Perhaps, Elm Street is also a caveat to male viewers and their own fantasies. Masculinity becomes so incredibly ingrained in the violent acts that Krueger commits, despite them taking place in dreams half of the time, it becomes difficult for male identity to be seen as separate from Krueger himself. Because the nightmares waffle between reality and dream, Krueger’s actions do too. This suggests that his own male fantasies extend into the real world, and it becomes increasingly harder to separate what is just a fantasy from what is not. Where do male fantasies end, and where does the reality of them begin in our world? This seems to be an important question the film addresses as it connects Krueger to its other male characters.
What remains brutally unwavering is the violence inflicted on female characters and its link to male fantasy and desire. This is also in direct tension with the feminine mind, and the way male fantasies intrude that space in a way that distorts and manipulates the essence of it, much like Krueger does through his nightmares. Horror films allow for us to explore themes of gender and hierarchy in a way that blurs the lines of suspension of disbelief in our own tangible world, helping us look at these problems at a distance. They also provide a territory of camp generally considered awkward in more traditional genres that emphasizes the problematic nature of gendered norms to their full graphic faculty. Thus, uncovering little by little issues we often overlook in our own culture vis a vis exaggerated forms of visual experiences in order to grant us that distance and objectivity.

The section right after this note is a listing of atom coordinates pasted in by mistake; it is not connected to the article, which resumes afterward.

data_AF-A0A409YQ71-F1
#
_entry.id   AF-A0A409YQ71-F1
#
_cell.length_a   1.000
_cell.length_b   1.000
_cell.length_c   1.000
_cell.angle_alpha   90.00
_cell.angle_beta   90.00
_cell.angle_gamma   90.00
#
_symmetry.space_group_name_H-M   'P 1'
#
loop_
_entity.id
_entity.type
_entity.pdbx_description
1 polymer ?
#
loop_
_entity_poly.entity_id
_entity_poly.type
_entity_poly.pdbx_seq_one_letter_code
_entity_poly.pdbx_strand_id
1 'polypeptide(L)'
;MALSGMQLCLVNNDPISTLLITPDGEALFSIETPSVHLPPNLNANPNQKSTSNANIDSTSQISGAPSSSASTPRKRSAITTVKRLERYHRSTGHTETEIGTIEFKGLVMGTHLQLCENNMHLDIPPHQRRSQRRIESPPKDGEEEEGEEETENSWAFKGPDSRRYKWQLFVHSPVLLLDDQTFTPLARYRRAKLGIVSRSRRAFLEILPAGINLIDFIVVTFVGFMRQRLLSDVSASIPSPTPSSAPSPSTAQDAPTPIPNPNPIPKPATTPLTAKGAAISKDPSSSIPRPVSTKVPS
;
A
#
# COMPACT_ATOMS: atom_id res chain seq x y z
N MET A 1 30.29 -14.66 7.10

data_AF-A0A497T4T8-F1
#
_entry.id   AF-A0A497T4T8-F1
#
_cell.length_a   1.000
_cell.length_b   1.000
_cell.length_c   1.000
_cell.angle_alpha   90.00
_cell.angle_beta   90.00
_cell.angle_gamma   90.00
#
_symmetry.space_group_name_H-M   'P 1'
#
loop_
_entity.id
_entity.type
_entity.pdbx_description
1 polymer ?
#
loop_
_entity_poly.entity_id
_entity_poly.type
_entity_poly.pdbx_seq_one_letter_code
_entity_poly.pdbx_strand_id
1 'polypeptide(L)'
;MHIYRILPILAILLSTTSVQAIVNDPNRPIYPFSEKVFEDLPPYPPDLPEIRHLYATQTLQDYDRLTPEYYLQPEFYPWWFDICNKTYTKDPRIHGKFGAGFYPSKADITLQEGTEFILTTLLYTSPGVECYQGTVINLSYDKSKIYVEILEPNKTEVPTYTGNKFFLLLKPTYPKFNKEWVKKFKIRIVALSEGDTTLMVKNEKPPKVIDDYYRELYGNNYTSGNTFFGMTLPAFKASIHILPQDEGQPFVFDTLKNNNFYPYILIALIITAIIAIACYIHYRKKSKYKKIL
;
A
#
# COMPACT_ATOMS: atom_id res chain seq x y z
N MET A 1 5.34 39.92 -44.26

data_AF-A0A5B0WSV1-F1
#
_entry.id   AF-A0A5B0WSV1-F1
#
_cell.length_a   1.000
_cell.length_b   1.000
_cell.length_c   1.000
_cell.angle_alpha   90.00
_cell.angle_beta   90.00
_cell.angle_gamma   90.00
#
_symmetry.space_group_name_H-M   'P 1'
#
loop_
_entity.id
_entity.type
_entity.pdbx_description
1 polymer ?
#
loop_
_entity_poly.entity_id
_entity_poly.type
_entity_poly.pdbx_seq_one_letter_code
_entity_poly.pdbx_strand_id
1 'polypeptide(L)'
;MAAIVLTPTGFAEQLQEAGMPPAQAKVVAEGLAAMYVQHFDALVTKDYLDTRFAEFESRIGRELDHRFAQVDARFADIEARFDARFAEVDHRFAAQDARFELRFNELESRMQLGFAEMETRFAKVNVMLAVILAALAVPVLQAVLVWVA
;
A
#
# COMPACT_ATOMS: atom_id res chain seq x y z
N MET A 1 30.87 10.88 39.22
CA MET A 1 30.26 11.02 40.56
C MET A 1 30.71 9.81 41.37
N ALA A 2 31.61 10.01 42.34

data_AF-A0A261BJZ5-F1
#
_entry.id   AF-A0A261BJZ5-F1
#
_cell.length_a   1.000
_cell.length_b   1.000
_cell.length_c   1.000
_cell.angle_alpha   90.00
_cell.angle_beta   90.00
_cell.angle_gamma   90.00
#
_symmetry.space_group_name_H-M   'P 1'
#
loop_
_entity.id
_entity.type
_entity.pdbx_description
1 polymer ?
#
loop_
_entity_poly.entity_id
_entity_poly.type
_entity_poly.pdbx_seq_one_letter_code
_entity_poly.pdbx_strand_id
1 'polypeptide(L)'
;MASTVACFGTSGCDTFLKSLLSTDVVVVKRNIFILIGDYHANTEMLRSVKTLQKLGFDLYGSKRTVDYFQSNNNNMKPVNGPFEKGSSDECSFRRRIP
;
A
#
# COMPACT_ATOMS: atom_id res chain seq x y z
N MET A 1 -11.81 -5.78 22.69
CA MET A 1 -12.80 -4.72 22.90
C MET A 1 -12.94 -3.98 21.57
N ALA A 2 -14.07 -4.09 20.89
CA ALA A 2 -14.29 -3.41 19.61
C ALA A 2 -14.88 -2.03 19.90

Horror is engrossed with the female mind as a means of understanding what films like A Nightmare on Elm Street reveal about feminine identity overall. It is a vessel for understanding the fears and tensions of femininity within the context of male desire. More than any other dramatic genre could, horror offers an imminent critique on male fantasies’ proclivity for violence against women and need to police their truth. Horror, in its graphic and exaggerated nature, elicits a more honest response from viewers as the shock of these underlying issues becomes that much more distinguished. Like the unexpected violence of a car crash, horror films bring these issues to light in a way that holds their viewers hostage and forces them to acknowledge the carnage left behind.